Hello and good morning to those of you realistic people who believe that the Northern elite in Nigeria have an agenda. The rest of you can go and collect your own from the illusion of one Nigeria that we have been spoon fed by unrealistic people.
In case you haven’t understood me, I will be sharing a few facts, any of which are independently verifiable, with you here, and when I am done, well, that’s what the comments section is there for. You know how we do, right?
Okay, let’s begin.
You know the Fulani folk, right?
A nomadic tribe, largely Cow herders, carriers of sticks and staffs, used for beating the cattle to take them where they are meant to be. Their women alternate between very petty trade in minor items and begging. They are harmless, right?
Wrong. They are now bearers and wielders of sophisticated firearms, killers and maimers. In case you doubt me, just go to Google, that friend of the common man, and type “Agatu Killings”. That stands for the Agatu area, in Benue state, where Fulani herdsmen who are supposedly nomadic and have no real need to settle anywhere have now had a portion of the area ceded to them, plus payments made for damages. This after killing scores of people, burning houses, destroying properties worth hundreds of millions, all because they allegedly had one or more cows killed.
And if you, my dear friend, are done with your research on Agatu, you can then proceed to the next one: type “Southern Kaduna killings” in your Google browser, and hit the enter key.
It may take a while, as there is so much to see, but trust me, you can make it to the end. Read about churches burnt, people killed during service, shops and houses in a predominantly Christian quarter of the state burnt and looted, security agencies turning their backs and claiming it is a minor civil disturbance. What is even more alarming is that the governor of the state, whose silence had hitherto been deafening, a man a lot of people have described as Nigeria’s de facto vice president, who is himself of Fulani extraction, had gone on twitter, at the news that Christians were planning to defend themselves from the onslaught of the Fulani Babarians (the misspelling is deliberate, the legendary Baba of the Sai-Baba fame, the Boo of Harry, is also of Fulani extraction, so Babarians can simply mean Baba’s people) and posted one tweet:
“Anyone who kills a Fulani man is taking out a loan repayable in no distant time”
This, in a country that claims to be a secular state, and recognize the non-superiority of any religion, value system, belief, or creed over the other. The really smart guys on twitter quickly saved screenshots of the infamous tweet, before beginning to bombard him with questions. What if the Fulani person is killed in self defense? What if the Fulani is the one doing the killing? Obviously uncomfortable with the tweet and the backlash, the governor deleted the tweet. A bit late if you ask me, since I got a copy here.
The part that is beyond shocking is that the governor had earlier insisted that it was militants from the Nigeria Delta, that hotbed of misguided and often violent activism, who travelled to Kaduna and began to kill and burn villages while masquerading as Fulani herdsmen. (If you believe this particular story, please contact me by email, I have an airport in my village I’d like to sell to you).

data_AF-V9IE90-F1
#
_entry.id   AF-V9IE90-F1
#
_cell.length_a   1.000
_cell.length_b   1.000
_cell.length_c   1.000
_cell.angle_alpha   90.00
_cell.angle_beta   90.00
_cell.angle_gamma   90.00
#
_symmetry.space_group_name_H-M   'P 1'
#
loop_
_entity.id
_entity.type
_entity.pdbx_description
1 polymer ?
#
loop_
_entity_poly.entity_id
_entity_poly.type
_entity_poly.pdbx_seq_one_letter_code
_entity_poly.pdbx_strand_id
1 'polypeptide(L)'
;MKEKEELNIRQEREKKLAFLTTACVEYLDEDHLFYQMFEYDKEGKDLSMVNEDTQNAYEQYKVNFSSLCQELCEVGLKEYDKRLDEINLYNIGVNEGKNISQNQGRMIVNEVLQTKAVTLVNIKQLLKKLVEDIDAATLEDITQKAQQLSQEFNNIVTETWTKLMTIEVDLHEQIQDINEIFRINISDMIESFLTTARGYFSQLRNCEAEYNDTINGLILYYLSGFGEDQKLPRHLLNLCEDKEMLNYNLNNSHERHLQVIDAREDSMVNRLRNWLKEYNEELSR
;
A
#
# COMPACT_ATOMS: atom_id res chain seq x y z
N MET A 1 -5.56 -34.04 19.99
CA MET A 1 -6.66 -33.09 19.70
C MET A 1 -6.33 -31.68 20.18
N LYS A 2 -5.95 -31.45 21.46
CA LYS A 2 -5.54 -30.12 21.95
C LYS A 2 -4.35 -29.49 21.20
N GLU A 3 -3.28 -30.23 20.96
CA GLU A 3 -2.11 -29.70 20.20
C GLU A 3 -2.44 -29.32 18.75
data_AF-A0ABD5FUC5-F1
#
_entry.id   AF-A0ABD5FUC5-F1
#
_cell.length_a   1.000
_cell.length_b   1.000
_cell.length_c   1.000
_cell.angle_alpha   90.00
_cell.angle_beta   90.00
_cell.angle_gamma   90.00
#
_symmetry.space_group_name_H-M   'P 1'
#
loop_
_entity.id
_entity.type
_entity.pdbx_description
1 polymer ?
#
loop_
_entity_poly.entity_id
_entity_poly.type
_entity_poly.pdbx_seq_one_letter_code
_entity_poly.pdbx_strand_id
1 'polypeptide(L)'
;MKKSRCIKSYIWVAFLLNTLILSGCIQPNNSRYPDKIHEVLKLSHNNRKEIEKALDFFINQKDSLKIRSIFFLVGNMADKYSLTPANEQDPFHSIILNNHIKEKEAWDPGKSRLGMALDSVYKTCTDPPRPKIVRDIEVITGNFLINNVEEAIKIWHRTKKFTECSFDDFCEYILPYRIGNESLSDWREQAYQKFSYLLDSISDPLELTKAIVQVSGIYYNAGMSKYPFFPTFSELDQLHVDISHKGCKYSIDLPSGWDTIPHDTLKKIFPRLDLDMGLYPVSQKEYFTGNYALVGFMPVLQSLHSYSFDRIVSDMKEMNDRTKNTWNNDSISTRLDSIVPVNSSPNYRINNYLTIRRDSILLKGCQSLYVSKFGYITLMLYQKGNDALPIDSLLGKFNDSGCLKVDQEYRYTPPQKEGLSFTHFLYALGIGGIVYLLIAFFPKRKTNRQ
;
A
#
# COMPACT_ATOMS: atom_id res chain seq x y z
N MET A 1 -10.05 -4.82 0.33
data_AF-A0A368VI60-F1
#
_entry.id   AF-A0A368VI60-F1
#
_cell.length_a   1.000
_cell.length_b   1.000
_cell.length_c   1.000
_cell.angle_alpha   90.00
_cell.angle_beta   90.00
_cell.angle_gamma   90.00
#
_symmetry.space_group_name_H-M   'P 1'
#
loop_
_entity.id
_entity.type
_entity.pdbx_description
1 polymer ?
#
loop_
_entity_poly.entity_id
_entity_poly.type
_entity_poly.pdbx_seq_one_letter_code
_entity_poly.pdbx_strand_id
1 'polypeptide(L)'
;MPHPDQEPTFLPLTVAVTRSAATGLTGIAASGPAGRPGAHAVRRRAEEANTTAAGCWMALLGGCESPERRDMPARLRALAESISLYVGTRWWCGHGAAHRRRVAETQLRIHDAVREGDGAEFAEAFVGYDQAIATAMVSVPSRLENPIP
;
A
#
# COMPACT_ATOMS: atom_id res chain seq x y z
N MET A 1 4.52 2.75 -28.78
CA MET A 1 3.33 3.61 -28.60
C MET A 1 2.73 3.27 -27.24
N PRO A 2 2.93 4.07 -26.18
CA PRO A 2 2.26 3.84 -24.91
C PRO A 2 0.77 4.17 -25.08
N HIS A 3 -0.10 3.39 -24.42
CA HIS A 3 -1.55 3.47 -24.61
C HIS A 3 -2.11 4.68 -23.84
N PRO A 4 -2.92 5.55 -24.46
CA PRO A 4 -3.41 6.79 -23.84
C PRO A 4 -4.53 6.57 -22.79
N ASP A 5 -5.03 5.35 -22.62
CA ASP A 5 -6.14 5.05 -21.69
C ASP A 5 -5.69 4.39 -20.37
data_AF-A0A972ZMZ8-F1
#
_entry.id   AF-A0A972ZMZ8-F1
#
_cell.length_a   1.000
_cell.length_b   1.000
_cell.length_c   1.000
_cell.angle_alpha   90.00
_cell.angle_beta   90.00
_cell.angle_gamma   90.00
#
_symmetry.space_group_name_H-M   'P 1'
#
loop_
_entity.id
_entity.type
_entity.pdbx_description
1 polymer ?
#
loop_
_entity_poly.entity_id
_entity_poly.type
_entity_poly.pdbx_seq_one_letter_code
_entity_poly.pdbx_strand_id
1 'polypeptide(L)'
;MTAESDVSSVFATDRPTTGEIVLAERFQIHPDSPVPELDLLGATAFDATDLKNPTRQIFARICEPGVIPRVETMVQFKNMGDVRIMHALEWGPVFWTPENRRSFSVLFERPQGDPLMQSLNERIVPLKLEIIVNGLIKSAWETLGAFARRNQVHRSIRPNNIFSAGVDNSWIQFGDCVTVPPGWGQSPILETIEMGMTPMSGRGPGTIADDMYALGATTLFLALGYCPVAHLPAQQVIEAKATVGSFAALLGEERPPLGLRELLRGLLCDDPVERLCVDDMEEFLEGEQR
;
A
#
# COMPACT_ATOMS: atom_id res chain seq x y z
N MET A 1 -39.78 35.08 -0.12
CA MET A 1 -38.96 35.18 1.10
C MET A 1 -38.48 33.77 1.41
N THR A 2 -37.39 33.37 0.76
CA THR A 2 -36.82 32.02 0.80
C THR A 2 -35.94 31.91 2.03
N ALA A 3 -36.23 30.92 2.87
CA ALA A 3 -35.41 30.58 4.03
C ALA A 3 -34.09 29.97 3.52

But we are not done, no, far from it. Let’s just go to… Jos! The capital of Plateau state has been the centre of one of the most violent clashes between Hausa Fulani Muslims and Christians, over all sorts of things, over cattle, over land, from Dogo-Nahawa to Kuru Karama, there has been looting and pillaging, and Muslim youths once set a church, filled with worshippers, on fire.
The north of Nigeria is gradually becoming the center of a cleansing campaign that definitely has religious undertones, but most of you prefer to turn a blind eye. In 2011, at a lecture in Harvard University in the US, the Sultan of Sokoto, among other things, stated categorically:
“I do not recognize any Nigerian constitution, and the only constitution I recognize is the Holy Quran.”
Now join me to imagine a scenario where any of the several prominent Christian religious leaders in Nigeria says something along these lines. Picture the kind of outcry and backlash that would have accompanied it, but nothing happened when the most prominent Muslim cleric in Nigeria publicly denounces the constitution in favor of the Quran, and in a secular state. Recently the nation was awash with the news that agents of the department of state services (DSS) were after a popular Nigerian pastor and evangelist, Apostle Johnson Suleiman, over comments that were said to be inflammatory and inciting. The pastor had simply told Christians to defend themselves if attacked by any Fulani herdsmen, since the government was doing precious little about it. The vice president, who was used to smooth Buhari’s rise to power and quell rumours of a plan to Islamize the country. But now, a cursory glance will reveal that all the security agencies I the country, all the military and paramilitary bodies in the country are helmed by… guess what? Northern Muslims, and it seems perfectly okay.
I had wanted to ignore this part, but let me just say it. How many people in t he predominantly Christian south east have been killed because they were protesting for a state of Biafra? Did they have guns? Did they have machetes? Did they have catapults? So how can we justify the Governor of Kaduna state claiming that he is paying compensation to the Fulani men in order for them to stop killing?
Does being from any tribe, culture or religion make a human life more meaningful? Or more valuable?
Oya, I don de go. If you say that Buhari, after leading the country into a recession that has made things difficult for the common man, has taken ill and relocated to the UK, with relocated being the key word. Abeg, talk your own for the comments section.